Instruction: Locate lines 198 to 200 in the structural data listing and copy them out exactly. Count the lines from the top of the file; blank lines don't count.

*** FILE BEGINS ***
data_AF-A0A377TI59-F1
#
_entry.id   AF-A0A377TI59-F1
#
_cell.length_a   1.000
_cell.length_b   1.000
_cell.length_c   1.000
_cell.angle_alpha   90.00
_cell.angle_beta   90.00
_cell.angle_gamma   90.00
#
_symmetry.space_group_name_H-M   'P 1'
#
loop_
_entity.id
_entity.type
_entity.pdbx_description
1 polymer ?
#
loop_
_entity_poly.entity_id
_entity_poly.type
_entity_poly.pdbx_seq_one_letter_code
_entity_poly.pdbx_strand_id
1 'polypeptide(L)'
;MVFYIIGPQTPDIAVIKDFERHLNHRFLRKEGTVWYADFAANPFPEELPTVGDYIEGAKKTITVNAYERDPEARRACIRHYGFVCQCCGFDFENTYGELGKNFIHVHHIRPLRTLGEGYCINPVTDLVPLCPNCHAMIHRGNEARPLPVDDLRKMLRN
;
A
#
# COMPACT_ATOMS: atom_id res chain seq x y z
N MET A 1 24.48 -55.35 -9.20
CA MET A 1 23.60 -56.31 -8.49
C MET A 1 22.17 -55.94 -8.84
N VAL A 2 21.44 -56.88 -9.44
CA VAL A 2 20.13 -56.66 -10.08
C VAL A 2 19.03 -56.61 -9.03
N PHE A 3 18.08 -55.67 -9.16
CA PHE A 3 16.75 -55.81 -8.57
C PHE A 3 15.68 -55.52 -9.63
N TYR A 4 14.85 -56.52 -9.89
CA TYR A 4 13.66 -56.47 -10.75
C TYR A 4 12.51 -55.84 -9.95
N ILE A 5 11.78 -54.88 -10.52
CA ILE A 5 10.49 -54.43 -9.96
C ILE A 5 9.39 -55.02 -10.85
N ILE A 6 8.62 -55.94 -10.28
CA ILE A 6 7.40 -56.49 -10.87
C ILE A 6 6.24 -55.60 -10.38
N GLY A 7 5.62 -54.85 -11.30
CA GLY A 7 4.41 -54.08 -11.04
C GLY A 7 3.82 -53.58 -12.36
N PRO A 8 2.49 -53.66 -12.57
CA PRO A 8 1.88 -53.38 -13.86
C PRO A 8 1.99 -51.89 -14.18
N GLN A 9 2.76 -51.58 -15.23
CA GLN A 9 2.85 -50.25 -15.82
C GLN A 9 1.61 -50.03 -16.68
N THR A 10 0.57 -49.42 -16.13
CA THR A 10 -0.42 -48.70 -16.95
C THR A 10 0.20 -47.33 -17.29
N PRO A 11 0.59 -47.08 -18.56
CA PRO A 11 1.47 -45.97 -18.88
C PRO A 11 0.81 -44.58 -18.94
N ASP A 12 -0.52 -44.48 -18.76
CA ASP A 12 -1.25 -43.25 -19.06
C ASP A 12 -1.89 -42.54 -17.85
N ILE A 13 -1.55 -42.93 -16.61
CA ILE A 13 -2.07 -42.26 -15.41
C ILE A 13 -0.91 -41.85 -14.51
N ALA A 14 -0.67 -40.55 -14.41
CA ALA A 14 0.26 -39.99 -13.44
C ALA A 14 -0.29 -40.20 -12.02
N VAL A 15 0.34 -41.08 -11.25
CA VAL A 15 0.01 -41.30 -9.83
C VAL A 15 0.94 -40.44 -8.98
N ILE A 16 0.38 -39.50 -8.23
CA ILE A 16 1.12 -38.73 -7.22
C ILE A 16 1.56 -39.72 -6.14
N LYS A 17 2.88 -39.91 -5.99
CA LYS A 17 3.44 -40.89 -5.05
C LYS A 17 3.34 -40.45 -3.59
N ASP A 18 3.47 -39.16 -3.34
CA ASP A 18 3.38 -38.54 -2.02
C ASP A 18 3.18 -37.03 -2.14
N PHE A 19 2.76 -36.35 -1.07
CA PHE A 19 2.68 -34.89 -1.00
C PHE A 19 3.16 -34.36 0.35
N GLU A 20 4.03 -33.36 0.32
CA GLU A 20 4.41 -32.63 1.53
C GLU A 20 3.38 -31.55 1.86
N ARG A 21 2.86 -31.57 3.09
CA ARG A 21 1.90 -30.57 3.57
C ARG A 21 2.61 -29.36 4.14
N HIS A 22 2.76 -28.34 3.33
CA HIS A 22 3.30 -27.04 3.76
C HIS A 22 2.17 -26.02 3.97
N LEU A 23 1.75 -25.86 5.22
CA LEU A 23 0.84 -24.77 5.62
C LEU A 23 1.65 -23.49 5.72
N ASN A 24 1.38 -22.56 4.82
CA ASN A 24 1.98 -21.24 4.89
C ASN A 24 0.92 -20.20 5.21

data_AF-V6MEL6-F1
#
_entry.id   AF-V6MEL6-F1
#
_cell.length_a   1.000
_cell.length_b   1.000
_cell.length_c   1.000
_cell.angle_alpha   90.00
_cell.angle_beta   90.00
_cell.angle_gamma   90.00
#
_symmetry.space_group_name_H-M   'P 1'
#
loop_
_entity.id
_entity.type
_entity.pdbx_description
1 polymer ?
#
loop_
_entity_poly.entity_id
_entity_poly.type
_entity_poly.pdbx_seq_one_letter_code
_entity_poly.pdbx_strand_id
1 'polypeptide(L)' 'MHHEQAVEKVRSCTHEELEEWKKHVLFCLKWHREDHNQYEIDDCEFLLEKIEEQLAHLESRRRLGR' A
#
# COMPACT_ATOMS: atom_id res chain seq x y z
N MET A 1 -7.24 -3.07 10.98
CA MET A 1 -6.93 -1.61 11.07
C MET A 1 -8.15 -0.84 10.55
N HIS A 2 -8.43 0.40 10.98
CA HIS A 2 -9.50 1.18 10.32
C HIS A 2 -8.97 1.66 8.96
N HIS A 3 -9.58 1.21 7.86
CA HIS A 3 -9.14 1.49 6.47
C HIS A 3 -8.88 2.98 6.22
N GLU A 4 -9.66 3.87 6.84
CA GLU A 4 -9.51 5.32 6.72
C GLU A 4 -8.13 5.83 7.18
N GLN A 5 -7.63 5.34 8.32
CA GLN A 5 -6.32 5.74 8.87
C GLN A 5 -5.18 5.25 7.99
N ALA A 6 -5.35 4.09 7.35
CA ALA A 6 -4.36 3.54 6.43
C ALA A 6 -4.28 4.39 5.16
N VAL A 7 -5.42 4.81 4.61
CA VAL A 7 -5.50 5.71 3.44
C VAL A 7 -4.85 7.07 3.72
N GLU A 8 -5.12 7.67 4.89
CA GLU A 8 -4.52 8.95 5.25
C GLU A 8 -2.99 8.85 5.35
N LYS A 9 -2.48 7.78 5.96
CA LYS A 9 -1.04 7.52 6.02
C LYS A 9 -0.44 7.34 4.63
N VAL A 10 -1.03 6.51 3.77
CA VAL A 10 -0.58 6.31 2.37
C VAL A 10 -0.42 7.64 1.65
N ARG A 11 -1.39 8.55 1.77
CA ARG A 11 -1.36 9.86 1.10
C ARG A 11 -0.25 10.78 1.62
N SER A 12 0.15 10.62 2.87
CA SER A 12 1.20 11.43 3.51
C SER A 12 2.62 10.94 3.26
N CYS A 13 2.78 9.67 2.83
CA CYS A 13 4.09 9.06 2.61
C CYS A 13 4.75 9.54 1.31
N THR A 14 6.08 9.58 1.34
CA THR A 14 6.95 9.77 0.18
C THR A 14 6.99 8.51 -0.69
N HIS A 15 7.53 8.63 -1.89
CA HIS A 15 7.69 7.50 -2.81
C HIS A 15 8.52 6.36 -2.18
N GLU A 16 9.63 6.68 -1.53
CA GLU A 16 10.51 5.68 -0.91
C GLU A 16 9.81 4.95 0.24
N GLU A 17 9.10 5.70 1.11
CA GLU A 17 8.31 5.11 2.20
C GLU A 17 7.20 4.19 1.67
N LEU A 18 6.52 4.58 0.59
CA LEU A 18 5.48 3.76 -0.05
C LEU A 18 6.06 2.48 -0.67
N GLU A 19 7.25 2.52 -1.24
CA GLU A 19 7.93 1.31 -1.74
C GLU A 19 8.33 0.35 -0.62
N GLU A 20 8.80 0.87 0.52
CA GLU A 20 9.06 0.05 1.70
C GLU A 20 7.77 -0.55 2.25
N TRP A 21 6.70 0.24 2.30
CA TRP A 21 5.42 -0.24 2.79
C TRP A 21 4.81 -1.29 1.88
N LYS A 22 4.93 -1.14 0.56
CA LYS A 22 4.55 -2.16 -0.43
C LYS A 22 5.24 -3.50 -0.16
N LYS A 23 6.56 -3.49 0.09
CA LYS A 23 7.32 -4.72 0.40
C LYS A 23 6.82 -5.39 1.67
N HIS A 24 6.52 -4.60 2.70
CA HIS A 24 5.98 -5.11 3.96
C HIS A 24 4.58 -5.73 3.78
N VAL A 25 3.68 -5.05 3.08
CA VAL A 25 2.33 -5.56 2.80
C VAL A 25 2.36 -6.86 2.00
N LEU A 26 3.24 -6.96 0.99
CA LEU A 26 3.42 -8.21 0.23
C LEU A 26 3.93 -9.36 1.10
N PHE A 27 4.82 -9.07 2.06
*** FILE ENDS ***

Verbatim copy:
C LYS A 23 6.82 -5.39 1.67
N HIS A 24 6.52 -4.60 2.70
CA HIS A 24 5.98 -5.11 3.96